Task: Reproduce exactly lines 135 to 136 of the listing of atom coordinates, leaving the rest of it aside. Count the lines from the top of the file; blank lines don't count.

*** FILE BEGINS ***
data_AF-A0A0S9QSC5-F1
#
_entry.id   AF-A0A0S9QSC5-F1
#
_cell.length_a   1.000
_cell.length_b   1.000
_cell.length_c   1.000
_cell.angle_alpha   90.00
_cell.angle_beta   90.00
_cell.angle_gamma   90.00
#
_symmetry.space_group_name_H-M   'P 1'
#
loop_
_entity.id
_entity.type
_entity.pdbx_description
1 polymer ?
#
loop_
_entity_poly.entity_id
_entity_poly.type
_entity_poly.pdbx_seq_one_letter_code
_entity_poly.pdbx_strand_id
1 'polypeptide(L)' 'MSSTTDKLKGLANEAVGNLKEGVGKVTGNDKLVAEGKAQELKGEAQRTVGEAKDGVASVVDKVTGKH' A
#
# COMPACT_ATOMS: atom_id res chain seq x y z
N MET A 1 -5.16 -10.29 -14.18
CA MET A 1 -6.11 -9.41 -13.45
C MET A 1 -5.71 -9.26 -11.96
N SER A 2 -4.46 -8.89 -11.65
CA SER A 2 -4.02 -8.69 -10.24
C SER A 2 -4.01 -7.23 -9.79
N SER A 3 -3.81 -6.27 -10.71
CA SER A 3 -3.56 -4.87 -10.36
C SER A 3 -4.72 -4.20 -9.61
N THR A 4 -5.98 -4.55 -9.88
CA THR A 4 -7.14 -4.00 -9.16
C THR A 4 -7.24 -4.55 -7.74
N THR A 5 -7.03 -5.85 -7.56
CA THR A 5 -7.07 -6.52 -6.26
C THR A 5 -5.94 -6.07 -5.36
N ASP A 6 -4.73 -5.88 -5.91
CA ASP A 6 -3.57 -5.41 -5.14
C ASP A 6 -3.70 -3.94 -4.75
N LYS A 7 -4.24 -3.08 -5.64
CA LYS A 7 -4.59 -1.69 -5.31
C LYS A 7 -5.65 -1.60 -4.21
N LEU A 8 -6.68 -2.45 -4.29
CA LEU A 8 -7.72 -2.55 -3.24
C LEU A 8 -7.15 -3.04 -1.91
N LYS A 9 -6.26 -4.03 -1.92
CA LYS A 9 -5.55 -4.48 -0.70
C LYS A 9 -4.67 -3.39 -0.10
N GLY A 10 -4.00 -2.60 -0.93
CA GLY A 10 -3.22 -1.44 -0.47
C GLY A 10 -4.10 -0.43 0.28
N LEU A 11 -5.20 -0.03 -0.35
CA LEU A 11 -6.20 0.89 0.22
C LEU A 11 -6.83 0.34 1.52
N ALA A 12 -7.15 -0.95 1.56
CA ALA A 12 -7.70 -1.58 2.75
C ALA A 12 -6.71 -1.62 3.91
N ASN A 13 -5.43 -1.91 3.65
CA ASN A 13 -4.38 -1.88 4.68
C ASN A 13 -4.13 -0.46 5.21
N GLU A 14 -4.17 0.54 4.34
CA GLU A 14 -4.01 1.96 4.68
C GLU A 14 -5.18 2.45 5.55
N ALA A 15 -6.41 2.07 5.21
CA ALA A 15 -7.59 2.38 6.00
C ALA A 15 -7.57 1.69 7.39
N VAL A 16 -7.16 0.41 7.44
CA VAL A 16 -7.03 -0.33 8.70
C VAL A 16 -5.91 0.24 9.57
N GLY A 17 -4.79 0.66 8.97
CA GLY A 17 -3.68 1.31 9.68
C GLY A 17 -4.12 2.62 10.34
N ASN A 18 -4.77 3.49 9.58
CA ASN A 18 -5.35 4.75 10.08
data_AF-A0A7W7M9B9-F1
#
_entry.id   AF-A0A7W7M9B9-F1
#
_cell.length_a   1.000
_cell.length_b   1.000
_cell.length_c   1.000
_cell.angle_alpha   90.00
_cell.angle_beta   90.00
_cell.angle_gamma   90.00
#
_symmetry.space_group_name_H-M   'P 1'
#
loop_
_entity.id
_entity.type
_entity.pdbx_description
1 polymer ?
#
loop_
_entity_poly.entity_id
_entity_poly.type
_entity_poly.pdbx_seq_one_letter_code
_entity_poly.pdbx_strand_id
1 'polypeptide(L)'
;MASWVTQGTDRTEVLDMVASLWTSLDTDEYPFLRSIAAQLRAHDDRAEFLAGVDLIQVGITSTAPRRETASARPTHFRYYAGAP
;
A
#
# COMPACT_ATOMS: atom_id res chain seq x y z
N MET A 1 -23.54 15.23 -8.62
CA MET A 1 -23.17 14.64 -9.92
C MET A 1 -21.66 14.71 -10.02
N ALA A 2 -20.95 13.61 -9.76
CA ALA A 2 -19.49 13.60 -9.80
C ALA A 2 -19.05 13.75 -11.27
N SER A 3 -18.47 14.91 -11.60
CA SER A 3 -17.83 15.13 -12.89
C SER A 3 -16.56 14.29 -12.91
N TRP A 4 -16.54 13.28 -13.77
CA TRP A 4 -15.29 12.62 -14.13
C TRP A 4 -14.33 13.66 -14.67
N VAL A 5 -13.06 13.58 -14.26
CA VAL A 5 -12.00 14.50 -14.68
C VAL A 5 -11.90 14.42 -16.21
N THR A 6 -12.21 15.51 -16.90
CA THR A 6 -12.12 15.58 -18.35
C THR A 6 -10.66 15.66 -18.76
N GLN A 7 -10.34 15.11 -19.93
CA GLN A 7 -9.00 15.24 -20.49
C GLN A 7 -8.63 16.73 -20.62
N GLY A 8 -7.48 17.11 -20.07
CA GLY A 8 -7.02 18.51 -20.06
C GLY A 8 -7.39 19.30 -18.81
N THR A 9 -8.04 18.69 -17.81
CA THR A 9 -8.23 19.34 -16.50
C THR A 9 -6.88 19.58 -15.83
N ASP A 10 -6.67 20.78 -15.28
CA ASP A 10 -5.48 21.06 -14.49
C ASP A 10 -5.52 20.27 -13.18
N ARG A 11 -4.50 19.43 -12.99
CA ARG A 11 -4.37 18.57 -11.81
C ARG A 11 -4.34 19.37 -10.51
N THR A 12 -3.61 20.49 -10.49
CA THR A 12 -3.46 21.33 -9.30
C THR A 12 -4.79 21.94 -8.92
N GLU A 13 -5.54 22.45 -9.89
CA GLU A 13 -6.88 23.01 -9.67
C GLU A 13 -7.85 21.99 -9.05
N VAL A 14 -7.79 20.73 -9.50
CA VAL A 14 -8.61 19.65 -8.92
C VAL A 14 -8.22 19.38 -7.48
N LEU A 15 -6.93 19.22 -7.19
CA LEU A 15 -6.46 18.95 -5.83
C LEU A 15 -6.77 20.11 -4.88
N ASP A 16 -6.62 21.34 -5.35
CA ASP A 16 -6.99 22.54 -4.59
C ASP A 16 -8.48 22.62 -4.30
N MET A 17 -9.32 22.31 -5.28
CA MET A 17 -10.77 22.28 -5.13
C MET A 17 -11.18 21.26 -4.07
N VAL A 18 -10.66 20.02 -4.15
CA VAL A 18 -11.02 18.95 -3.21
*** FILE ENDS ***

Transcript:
N THR A 9 -8.04 18.69 -17.81
CA THR A 9 -8.23 19.34 -16.50